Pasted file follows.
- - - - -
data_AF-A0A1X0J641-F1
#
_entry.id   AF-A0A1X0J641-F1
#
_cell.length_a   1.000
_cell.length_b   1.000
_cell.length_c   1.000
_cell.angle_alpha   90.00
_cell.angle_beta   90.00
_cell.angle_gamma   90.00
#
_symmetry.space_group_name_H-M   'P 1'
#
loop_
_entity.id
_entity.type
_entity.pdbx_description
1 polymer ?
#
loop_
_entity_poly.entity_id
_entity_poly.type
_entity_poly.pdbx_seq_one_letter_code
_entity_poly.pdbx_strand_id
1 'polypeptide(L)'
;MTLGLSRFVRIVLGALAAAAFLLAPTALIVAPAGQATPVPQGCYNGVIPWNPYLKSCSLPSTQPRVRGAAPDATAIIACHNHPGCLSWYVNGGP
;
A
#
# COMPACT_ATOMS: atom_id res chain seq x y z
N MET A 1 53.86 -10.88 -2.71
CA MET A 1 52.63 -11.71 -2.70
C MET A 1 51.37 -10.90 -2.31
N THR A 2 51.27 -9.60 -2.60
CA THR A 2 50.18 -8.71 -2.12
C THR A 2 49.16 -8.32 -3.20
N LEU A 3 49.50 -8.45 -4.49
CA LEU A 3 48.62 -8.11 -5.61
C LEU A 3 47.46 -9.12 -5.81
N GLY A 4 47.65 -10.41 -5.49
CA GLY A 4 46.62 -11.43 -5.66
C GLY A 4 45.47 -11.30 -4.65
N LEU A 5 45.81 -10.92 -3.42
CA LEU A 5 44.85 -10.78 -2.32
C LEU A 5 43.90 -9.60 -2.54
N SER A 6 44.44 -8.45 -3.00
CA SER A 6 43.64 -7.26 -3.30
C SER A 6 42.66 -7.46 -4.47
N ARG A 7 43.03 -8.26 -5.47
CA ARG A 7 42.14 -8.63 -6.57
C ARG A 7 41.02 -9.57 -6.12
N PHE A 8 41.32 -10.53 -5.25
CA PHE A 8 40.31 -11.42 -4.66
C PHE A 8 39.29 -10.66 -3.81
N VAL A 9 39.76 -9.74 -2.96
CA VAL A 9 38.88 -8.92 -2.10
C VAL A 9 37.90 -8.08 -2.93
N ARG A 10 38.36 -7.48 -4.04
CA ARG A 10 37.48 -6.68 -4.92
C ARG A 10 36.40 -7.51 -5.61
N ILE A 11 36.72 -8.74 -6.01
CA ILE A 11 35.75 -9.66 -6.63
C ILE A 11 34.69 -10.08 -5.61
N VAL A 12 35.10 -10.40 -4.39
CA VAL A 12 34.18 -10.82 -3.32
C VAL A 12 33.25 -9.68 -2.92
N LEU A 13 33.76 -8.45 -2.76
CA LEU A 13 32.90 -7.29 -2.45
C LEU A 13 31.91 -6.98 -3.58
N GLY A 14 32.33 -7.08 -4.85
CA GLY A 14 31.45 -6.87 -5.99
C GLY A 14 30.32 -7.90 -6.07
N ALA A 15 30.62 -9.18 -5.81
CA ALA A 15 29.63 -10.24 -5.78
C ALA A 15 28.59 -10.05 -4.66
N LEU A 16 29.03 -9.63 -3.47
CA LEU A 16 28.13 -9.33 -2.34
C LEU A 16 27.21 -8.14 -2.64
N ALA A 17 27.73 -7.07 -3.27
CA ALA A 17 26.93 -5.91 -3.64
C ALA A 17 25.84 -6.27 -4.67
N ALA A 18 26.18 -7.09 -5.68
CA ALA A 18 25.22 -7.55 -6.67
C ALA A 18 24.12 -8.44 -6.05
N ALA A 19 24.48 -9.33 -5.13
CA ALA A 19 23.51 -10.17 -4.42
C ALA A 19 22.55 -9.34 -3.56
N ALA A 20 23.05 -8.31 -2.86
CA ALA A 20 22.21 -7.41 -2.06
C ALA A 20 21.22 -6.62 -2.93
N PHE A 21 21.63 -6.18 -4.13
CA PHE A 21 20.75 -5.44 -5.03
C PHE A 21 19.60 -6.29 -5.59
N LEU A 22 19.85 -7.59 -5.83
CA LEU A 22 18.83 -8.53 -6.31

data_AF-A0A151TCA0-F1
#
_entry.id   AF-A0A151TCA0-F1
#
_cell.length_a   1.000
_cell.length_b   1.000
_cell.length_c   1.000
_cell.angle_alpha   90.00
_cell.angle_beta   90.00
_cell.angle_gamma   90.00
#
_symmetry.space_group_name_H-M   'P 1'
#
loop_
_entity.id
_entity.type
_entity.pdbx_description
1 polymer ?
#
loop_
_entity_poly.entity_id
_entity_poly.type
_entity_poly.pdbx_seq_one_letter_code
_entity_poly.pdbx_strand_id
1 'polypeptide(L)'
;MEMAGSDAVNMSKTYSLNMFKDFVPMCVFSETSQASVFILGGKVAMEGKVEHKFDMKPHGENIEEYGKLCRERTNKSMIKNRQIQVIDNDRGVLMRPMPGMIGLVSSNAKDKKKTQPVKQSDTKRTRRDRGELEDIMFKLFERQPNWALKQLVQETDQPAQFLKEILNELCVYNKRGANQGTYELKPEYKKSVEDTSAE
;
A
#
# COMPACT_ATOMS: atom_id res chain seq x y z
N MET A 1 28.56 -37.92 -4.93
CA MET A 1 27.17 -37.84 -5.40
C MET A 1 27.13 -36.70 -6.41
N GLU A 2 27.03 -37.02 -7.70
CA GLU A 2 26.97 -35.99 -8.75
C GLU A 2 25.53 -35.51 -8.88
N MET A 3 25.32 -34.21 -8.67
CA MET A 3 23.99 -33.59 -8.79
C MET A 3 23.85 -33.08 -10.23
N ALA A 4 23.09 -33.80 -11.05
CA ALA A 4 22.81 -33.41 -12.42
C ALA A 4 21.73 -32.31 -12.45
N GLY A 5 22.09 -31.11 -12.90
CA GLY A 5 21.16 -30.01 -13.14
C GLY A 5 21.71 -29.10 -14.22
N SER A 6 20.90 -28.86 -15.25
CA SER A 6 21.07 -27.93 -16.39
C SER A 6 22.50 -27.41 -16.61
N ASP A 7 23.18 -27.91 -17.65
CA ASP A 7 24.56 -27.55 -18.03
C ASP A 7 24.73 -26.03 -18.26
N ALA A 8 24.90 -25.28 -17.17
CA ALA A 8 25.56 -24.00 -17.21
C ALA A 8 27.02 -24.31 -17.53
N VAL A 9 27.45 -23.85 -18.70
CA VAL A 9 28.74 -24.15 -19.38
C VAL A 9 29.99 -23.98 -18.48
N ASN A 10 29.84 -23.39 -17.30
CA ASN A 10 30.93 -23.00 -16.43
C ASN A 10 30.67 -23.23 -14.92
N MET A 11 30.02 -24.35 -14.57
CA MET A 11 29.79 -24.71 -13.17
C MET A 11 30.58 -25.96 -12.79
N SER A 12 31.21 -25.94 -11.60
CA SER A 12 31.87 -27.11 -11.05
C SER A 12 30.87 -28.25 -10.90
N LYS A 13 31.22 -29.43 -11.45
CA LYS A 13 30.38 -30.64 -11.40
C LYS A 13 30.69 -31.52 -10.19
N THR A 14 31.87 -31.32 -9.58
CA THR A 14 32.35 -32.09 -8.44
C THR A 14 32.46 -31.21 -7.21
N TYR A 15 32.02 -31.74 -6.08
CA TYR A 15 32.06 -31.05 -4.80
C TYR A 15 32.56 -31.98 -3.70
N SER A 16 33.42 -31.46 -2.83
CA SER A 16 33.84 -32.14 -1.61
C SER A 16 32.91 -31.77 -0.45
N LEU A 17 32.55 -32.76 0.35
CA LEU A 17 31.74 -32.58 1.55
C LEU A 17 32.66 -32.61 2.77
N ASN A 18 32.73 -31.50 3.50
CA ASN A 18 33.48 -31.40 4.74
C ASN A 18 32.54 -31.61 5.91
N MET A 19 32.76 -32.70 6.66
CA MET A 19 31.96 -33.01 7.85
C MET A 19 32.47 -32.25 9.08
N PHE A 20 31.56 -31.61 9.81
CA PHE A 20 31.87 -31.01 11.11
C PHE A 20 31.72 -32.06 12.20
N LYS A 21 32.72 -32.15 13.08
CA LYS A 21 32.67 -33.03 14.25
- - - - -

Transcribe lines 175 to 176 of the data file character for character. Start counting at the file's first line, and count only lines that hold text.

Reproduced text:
CA LEU A 17 31.74 -32.58 1.55
C LEU A 17 32.66 -32.61 2.77